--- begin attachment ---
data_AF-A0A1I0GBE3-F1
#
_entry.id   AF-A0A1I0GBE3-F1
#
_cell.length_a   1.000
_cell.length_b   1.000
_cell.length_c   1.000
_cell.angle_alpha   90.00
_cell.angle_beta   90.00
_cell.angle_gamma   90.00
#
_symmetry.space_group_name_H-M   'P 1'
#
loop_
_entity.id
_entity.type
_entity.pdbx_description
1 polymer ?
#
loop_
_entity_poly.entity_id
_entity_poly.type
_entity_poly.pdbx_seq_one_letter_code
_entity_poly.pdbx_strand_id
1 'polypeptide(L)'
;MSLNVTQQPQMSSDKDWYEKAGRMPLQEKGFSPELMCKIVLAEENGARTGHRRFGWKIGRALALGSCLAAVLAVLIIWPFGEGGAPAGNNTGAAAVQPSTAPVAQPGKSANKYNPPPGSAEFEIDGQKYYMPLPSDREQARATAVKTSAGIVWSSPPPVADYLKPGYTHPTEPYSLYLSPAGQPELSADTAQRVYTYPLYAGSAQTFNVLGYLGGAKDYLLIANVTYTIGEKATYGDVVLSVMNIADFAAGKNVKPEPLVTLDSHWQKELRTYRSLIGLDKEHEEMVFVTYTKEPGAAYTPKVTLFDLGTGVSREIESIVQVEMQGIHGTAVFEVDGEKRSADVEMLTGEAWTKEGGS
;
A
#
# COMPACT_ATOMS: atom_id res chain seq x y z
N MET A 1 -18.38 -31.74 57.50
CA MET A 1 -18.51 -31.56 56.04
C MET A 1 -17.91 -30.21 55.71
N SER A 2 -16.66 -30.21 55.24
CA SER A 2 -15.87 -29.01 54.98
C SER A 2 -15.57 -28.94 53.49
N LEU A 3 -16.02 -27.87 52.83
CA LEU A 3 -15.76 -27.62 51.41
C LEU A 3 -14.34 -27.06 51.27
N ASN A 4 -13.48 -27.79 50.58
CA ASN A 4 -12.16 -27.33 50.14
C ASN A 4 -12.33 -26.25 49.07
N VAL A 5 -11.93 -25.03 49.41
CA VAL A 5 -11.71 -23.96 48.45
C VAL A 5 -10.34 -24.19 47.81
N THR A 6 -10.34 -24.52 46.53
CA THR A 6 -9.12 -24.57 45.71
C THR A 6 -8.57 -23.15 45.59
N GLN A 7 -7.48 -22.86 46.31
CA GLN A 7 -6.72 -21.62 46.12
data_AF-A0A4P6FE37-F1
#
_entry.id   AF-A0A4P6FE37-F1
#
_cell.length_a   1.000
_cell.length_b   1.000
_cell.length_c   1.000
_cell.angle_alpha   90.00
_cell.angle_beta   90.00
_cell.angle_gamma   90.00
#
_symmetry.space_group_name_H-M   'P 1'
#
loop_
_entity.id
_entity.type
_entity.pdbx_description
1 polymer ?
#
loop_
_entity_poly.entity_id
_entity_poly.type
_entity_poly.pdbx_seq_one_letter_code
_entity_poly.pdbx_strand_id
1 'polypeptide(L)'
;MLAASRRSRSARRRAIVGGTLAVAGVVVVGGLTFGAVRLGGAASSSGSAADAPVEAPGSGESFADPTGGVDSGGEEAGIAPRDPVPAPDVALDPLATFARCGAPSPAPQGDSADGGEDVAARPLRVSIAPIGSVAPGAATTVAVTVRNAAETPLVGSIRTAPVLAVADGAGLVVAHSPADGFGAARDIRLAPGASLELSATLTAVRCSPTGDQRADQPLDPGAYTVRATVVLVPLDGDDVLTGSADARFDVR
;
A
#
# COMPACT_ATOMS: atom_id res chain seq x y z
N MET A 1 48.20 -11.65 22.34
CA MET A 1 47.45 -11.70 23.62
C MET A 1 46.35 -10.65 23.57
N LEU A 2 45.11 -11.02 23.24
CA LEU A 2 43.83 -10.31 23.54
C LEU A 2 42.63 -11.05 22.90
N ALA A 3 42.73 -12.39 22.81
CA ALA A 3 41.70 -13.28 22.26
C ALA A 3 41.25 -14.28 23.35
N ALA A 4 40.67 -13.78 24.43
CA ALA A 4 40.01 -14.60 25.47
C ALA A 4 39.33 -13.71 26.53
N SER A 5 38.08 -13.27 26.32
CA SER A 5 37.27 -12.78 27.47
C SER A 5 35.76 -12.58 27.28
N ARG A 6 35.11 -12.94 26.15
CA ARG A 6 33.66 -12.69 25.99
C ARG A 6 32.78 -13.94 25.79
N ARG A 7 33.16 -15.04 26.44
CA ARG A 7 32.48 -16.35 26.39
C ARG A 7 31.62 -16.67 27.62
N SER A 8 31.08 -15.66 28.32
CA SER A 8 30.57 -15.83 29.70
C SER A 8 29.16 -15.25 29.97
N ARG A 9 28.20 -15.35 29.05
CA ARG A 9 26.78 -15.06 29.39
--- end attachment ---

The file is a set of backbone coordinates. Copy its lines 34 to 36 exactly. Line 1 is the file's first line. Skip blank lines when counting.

N SER A 2 -16.66 -30.21 55.24
CA SER A 2 -15.87 -29.01 54.98
C SER A 2 -15.57 -28.94 53.49